I am sitting in Cleveland, Ohio at the Emerald Cities Community Engagement Summit. I am listening to labor and community organizations from several American cities talking about the struggles they are facing with unemployment and the violence that poverty is creating in their communities.
A plumber from the Building and Construction Trades stands up and talks about what is at stake with plummeting employment among union members: “I get very emotional about labor. I had nothing. I was a bad boy. I got dragged into a union hall and my life changed. I want that for everyone who needs that.” He is worried that the next generation will not have that.
It causes me to think about the generations and generational tasks. What is the generational task now? With that question, I am not thinking about a particular demographic segment. I am thinking about this historical moment.
At this meeting, we are talking about the vast changes coming in how we live and how we organize cities as a result of climate change, which is right up our alley at CoLab. We say all the time that much about life in cities is soon to change. The changes will be as big as the Industrial Revolution. We say that the norms and standards and patterns for climate adaptation will be set now, and we think about how low-income and communities of color can prepare to meaningfully shape this moment so the future will be more equitable.
This reminds me of the pivotal points in United States history when everything was about to change and the norms, patterns and standards were set — the Industrial Revolution, but also the Spanish-American War, the Civil War and Reconstruction. I know that these are all very different kinds of historical turning points with vastly different dynamics, time frames and processes. But stick with me for a minute.
Here is what’s interesting: Guadalupe Hidalgo, the treaty that ended the Spanish American war, led to the U.S. annexation of more than 30% of Mexican land mass and depriving vast numbers of Mexicans of their cultural patrimony, language and nationhood. Post-Civil War Reconstruction and its programs to rapidly raise newly-emancipated slaves’ living conditions, abruptly ended when the Hayes-Tilden Compromise returned governance to the slavocracy and established racial norms for the entire country that continue violently to trap generations of African Americans in segregation, second-class citizenship, and poverty.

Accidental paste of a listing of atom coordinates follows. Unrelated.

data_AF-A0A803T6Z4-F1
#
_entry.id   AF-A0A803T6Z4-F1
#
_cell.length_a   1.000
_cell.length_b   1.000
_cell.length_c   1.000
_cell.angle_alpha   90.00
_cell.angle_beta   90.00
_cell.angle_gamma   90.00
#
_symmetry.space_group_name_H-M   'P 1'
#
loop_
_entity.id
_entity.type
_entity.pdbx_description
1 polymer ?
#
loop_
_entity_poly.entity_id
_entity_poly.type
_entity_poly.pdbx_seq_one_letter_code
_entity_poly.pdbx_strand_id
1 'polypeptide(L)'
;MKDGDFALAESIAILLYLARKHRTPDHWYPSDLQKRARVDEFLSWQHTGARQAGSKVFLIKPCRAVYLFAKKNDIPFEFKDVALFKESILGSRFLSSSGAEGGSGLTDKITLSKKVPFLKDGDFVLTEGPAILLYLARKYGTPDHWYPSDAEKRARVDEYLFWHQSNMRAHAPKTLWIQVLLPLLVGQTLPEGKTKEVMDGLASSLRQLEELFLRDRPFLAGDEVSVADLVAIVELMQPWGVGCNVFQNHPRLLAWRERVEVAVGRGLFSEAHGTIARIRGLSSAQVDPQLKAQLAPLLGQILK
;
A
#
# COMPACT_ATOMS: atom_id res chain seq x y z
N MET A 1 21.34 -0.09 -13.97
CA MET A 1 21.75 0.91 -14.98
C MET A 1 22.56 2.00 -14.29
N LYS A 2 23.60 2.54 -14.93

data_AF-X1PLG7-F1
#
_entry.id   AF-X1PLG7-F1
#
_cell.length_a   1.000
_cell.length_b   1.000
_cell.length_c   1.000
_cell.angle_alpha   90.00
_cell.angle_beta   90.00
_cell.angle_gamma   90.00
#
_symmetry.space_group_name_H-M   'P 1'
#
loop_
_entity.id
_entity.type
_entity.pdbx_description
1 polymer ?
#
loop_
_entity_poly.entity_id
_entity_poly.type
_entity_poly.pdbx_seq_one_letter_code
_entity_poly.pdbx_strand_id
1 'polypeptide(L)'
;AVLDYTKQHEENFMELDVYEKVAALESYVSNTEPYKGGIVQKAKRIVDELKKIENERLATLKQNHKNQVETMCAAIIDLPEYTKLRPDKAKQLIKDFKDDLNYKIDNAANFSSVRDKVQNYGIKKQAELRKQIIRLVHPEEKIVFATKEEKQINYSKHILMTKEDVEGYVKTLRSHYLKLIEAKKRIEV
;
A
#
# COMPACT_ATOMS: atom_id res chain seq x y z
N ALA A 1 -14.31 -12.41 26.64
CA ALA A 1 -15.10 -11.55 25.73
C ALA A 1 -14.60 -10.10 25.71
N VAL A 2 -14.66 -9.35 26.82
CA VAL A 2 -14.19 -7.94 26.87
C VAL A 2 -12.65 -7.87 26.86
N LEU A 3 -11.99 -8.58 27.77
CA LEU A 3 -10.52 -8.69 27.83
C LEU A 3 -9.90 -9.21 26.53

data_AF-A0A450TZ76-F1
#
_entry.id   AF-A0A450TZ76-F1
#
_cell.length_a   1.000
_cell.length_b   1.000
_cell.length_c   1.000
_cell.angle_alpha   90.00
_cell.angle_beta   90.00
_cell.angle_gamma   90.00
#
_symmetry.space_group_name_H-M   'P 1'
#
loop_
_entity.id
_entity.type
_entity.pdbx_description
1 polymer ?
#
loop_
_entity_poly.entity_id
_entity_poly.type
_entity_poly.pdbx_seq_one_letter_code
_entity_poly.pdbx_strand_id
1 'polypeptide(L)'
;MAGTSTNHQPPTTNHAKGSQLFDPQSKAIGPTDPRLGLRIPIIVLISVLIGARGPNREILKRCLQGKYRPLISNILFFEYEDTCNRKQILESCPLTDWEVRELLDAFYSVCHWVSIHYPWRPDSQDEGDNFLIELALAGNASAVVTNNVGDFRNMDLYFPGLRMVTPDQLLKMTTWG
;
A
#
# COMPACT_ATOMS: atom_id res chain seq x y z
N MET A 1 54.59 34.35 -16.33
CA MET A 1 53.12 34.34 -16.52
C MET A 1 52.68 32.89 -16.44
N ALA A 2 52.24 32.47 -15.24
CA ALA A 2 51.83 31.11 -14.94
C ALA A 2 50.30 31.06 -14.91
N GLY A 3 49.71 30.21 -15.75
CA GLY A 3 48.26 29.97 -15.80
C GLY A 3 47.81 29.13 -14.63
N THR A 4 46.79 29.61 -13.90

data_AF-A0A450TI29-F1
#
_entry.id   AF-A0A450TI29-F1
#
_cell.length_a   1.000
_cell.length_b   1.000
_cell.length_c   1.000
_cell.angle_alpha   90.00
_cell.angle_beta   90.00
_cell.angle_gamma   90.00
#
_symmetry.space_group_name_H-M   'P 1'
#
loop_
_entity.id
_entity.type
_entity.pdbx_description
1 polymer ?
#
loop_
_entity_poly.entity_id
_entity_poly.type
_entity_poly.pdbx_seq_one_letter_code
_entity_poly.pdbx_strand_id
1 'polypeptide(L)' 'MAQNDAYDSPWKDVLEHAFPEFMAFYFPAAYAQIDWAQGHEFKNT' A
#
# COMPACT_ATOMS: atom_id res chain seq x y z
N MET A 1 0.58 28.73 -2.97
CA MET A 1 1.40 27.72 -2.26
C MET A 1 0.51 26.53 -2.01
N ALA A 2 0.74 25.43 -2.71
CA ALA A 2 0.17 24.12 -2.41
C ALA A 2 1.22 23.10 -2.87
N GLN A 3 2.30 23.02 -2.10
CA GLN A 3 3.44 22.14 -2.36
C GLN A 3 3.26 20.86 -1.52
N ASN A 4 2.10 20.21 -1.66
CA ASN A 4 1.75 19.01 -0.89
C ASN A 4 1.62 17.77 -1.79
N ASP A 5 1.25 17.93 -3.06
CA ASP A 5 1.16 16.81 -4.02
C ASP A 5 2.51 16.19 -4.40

But the Industrial Revolution was different. It was different because a group of human beings saw that a dismal future was emerging for society and they organized themselves to change the norms, standards and patterns that would relegate generations to misery. Instead, they built a labor movement and that movement created, among other things, weekends. It also created safe working conditions, an end to child labor, decent wages and more. I focus on weekends to highlight the fact that an arrangement now considered an inalienable part of American life was once a sharply contested political demand by a beleaguered group of revolutionaries. Those revolutionaries stepped up and took on the generational task of defining the norms and standards for how industrial societies would be organized.
Imagine how our lives would be if there had not been a labor movement. Now imagine how our lives will be if we do not figure out now how to create fair norms and standards for the emerging green economy. Starkly put, either we have a world in which vast numbers of people live in energy poverty in dirty, sick communities battered by climate disaster in which the natural world is dying, or we have a proliferation of healthy, green productive and socially inclusive communities in which our collective efforts to care for the natural world are producing widespread wealth and well-being.
There are infinite possible permutations of the worst and best-case scenarios. The only thing we can know for sure is that we are that group of human beings who see a dismal future emerging but have the wherewithal to organize and decide a different and better future for ourselves.
Dayna Cunningham, Executive Director of CoLab, wrote this post live from the Emerald Cities Engagement Summit in Cleveland, Ohio on November 19th, 2010.